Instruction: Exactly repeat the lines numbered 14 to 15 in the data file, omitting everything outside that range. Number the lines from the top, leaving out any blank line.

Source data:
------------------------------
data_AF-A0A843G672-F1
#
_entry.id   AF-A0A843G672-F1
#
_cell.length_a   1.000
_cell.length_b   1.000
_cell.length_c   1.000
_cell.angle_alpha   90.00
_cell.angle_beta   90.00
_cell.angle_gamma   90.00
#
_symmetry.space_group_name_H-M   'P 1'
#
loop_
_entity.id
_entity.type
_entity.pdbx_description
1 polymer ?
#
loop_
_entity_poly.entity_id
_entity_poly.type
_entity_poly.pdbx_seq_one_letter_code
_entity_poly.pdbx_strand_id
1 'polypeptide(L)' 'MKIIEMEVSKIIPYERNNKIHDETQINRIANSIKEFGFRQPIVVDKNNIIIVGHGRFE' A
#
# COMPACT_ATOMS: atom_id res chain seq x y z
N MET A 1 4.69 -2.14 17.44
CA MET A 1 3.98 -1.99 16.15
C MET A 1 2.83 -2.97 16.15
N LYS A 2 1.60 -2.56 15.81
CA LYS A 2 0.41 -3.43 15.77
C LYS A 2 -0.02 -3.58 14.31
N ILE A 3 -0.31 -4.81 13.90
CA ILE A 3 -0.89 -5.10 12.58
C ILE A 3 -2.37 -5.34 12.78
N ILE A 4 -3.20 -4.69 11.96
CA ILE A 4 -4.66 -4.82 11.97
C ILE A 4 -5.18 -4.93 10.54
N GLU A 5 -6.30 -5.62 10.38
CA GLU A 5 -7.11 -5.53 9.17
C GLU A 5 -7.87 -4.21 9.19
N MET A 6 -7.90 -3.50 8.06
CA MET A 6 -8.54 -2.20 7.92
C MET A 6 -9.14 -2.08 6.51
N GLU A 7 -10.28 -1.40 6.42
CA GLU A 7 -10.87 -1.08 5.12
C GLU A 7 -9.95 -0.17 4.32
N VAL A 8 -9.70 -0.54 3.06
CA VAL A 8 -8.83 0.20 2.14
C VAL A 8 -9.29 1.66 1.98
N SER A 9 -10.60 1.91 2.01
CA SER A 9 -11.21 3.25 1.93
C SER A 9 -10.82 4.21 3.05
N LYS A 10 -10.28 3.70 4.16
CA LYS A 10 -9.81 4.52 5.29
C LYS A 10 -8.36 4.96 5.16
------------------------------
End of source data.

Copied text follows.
loop_
_entity.id